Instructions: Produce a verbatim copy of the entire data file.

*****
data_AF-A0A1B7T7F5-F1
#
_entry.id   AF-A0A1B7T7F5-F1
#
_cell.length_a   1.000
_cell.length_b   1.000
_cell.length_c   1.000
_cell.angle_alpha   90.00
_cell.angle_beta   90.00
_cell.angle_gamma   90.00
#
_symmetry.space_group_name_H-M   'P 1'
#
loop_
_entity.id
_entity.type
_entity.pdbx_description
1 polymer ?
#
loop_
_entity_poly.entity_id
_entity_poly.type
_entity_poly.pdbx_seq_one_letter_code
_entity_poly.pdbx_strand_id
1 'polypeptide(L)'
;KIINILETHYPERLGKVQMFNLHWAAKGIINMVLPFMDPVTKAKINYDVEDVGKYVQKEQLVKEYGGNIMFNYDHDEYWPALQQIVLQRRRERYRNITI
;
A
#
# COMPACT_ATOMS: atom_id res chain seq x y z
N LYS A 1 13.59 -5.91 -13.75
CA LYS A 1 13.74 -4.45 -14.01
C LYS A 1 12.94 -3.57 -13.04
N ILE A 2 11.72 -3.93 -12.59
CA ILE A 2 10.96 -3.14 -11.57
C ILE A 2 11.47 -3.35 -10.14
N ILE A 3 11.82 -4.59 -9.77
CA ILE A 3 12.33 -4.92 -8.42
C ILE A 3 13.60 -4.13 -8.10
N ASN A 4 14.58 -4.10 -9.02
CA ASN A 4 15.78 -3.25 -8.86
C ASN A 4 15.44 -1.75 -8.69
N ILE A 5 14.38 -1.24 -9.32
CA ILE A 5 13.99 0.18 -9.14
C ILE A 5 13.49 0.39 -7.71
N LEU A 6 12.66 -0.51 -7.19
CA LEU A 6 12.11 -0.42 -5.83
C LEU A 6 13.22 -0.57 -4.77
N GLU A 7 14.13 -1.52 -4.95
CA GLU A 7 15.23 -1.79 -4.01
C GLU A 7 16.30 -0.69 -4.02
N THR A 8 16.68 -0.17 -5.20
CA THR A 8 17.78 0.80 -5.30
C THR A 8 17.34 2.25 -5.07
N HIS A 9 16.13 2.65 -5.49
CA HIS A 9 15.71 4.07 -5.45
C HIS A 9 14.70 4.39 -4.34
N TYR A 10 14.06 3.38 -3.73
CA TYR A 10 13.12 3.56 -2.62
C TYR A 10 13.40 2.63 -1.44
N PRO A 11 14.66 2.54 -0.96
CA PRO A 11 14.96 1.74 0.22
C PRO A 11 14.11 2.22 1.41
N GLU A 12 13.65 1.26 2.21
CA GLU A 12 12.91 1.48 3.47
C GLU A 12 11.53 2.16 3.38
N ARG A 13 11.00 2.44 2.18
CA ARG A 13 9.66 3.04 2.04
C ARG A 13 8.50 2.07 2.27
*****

data_AF-A0A1B7T7F5-F1
#
_entry.id   AF-A0A1B7T7F5-F1
#
_cell.length_a   1.000
_cell.length_b   1.000
_cell.length_c   1.000
_cell.angle_alpha   90.00
_cell.angle_beta   90.00
_cell.angle_gamma   90.00
#
_symmetry.space_group_name_H-M   'P 1'
#
loop_
_entity.id
_entity.type
_entity.pdbx_description
1 polymer ?
#
loop_
_entity_poly.entity_id
_entity_poly.type
_entity_poly.pdbx_seq_one_letter_code
_entity_poly.pdbx_strand_id
1 'polypeptide(L)'
;KIINILETHYPERLGKVQMFNLHWAAKGIINMVLPFMDPVTKAKINYDVEDVGKYVQKEQLVKEYGGNIMFNYDHDEYWPALQQIVLQRRRERYRNITI
;
A
#
# COMPACT_ATOMS: atom_id res chain seq x y z
N LYS A 1 13.59 -5.91 -13.75
CA LYS A 1 13.74 -4.45 -14.01
C LYS A 1 12.94 -3.57 -13.04
N ILE A 2 11.72 -3.93 -12.59
CA ILE A 2 10.96 -3.14 -11.57
C ILE A 2 11.47 -3.35 -10.14
N ILE A 3 11.82 -4.59 -9.77
CA ILE A 3 12.33 -4.92 -8.42
C ILE A 3 13.60 -4.13 -8.10
N ASN A 4 14.58 -4.10 -9.02
CA ASN A 4 15.78 -3.25 -8.86
C ASN A 4 15.44 -1.75 -8.69
N ILE A 5 14.38 -1.24 -9.32
CA ILE A 5 13.99 0.18 -9.14
C ILE A 5 13.49 0.39 -7.71
N LEU A 6 12.66 -0.51 -7.19
CA LEU A 6 12.11 -0.42 -5.83
C LEU A 6 13.22 -0.57 -4.77
N GLU A 7 14.13 -1.52 -4.95
CA GLU A 7 15.23 -1.79 -4.01
C GLU A 7 16.30 -0.69 -4.02
N THR A 8 16.68 -0.17 -5.20
CA THR A 8 17.78 0.80 -5.30
C THR A 8 17.34 2.25 -5.07
N HIS A 9 16.13 2.65 -5.49
CA HIS A 9 15.71 4.07 -5.45
C HIS A 9 14.70 4.39 -4.34
N TYR A 10 14.06 3.38 -3.73
CA TYR A 10 13.12 3.56 -2.62
C TYR A 10 13.40 2.63 -1.44
N PRO A 11 14.66 2.54 -0.96
CA PRO A 11 14.96 1.74 0.22
C PRO A 11 14.11 2.22 1.41
N GLU A 12 13.65 1.26 2.21
CA GLU A 12 12.91 1.48 3.47
C GLU A 12 11.53 2.16 3.38
N ARG A 13 11.00 2.44 2.18
CA ARG A 13 9.66 3.04 2.04
C ARG A 13 8.50 2.07 2.27